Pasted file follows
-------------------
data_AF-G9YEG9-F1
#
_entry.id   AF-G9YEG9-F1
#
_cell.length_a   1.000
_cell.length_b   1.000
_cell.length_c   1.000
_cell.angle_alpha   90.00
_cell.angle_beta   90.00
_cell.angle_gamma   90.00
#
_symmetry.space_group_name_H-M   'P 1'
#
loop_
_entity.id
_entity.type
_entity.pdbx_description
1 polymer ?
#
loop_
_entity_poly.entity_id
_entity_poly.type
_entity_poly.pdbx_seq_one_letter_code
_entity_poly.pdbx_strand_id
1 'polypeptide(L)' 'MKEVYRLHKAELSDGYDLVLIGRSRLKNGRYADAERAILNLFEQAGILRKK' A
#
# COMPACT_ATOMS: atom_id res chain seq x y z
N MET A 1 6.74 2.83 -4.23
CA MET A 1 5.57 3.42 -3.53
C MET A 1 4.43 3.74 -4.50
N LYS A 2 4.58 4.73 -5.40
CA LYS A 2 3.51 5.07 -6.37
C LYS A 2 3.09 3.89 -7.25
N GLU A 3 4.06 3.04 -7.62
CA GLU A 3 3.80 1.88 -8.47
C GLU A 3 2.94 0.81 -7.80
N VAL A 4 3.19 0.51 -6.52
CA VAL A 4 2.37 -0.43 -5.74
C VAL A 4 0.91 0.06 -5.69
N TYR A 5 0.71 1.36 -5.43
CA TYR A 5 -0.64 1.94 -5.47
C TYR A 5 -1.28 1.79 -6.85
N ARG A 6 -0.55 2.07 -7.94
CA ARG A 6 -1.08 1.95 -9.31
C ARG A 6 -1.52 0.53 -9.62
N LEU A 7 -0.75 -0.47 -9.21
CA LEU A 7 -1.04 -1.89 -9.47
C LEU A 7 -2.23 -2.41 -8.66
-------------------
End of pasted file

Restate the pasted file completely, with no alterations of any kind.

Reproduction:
data_AF-G9YEG9-F1
#
_entry.id   AF-G9YEG9-F1
#
_cell.length_a   1.000
_cell.length_b   1.000
_cell.length_c   1.000
_cell.angle_alpha   90.00
_cell.angle_beta   90.00
_cell.angle_gamma   90.00
#
_symmetry.space_group_name_H-M   'P 1'
#
loop_
_entity.id
_entity.type
_entity.pdbx_description
1 polymer ?
#
loop_
_entity_poly.entity_id
_entity_poly.type
_entity_poly.pdbx_seq_one_letter_code
_entity_poly.pdbx_strand_id
1 'polypeptide(L)' 'MKEVYRLHKAELSDGYDLVLIGRSRLKNGRYADAERAILNLFEQAGILRKK' A
#
# COMPACT_ATOMS: atom_id res chain seq x y z
N MET A 1 6.74 2.83 -4.23
CA MET A 1 5.57 3.42 -3.53
C MET A 1 4.43 3.74 -4.50
N LYS A 2 4.58 4.73 -5.40
CA LYS A 2 3.51 5.07 -6.37
C LYS A 2 3.09 3.89 -7.25
N GLU A 3 4.06 3.04 -7.62
CA GLU A 3 3.80 1.88 -8.47
C GLU A 3 2.94 0.81 -7.80
N VAL A 4 3.19 0.51 -6.52
CA VAL A 4 2.37 -0.43 -5.74
C VAL A 4 0.91 0.06 -5.69
N TYR A 5 0.71 1.36 -5.43
CA TYR A 5 -0.64 1.94 -5.47
C TYR A 5 -1.28 1.79 -6.85
N ARG A 6 -0.55 2.07 -7.94
CA ARG A 6 -1.08 1.95 -9.31
C ARG A 6 -1.52 0.53 -9.62
N LEU A 7 -0.75 -0.47 -9.21
CA LEU A 7 -1.04 -1.89 -9.47
C LEU A 7 -2.23 -2.41 -8.66